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Challenges Posed with Deregulation from REACH

In the week that the European Chemicals Agency (ECHA) added four new substances to its candidate list, the UK’s chancellor pledged to diverge from EU rules, which could include dealignment from the registration, evaluation, authorisation and restriction of chemicals (REACH) regulation. If the UK is no longer a REACH member, any UK supplier will need an EU partner to re-register chemicals, which will create a large burden on small businesses.

On 16 January, ECHA announced the addition of four new substances of very high concern to its candidate list, which now contains 205 substances. Three have been added due to their toxicity to reproduction and the fourth due to a combination of other properties of concern. These include diisohexyl phthalate, 2-benzyl-2-dimethylamino-4’morpholinobutyrophenone, 2-methyl-1-(4-methylthiophenyl)-2-morpholinopropan-1-one and perfluorobutane sulfonic acid (PFBS) and its salts.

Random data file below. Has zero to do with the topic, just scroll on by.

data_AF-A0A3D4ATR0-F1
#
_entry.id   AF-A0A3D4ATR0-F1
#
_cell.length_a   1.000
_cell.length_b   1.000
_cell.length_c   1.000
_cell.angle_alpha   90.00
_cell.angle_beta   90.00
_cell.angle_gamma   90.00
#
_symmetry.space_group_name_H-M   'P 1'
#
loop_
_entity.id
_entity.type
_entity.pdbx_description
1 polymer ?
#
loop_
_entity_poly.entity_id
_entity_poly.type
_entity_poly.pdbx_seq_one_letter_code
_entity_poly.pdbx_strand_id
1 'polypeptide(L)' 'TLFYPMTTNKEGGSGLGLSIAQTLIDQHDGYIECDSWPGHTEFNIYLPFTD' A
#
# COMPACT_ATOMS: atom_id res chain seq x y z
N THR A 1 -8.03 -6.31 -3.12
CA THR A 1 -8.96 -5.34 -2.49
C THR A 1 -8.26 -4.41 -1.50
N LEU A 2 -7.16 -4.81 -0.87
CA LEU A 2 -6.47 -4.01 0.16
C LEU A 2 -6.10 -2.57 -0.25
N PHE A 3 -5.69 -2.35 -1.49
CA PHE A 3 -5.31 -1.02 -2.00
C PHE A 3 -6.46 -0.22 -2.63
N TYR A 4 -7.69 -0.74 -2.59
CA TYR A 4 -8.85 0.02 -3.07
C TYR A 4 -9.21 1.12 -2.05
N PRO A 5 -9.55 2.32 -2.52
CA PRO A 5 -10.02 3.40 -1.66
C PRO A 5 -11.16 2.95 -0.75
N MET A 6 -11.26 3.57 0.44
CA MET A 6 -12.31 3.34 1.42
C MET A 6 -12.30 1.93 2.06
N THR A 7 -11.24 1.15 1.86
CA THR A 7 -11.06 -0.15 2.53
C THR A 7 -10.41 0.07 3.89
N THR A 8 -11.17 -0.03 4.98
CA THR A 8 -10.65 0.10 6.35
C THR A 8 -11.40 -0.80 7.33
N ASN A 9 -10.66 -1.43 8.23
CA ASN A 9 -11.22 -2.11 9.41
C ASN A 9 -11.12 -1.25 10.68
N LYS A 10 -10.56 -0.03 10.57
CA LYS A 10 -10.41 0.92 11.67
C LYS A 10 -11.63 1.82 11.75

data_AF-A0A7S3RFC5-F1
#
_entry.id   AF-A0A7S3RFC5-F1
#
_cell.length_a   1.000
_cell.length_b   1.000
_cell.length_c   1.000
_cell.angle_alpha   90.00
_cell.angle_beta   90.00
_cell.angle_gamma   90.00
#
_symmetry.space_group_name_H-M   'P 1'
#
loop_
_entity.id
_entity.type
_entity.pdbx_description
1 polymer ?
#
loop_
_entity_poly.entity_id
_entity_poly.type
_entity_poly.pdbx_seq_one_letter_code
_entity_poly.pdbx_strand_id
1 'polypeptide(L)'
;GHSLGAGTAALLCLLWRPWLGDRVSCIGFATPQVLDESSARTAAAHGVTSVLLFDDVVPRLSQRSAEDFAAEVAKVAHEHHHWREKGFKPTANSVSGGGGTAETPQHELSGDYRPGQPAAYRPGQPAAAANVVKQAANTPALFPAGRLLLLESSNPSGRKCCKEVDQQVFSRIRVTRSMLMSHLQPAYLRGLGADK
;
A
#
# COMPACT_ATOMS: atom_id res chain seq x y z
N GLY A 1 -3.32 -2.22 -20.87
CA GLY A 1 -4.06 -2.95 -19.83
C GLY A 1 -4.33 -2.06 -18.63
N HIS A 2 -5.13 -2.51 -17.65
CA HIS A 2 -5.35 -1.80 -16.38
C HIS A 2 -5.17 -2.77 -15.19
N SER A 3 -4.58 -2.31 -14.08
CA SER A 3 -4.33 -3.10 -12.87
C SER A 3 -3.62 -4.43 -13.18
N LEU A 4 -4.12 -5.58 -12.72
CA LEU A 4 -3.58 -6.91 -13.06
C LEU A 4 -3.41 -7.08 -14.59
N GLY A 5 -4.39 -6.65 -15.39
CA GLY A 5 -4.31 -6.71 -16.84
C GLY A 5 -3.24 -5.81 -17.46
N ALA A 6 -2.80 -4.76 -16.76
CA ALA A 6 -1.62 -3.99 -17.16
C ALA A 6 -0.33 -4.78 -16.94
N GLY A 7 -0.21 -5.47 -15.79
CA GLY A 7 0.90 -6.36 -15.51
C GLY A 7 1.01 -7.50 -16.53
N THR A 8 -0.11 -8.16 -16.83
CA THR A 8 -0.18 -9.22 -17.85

Similar to the automotive industry, the European chemicals market is highly integrated, mutually dependent and the sector includes thousands of SMEs. The REACH regulation is highly regarded globally, and many countries, including China, Korea, Japan, Brazil and Taiwan have developed similar version in harmonisation. Once the UK becomes a third country, it will be required to re-register its chemicals – a process which includes re-testing and re-purchasing test results. Similarly, EU suppliers would be required to register their chemicals through a UK agency to sell in the UK. SMEs would need to dedicate significant resources – both money and time – to recreate a registration that is already in place. In this case, regulatory divergence would bring higher prices, higher costs and increased bureaucracy should UK companies want to engage in chemicals trade with Europe or many other third countries.

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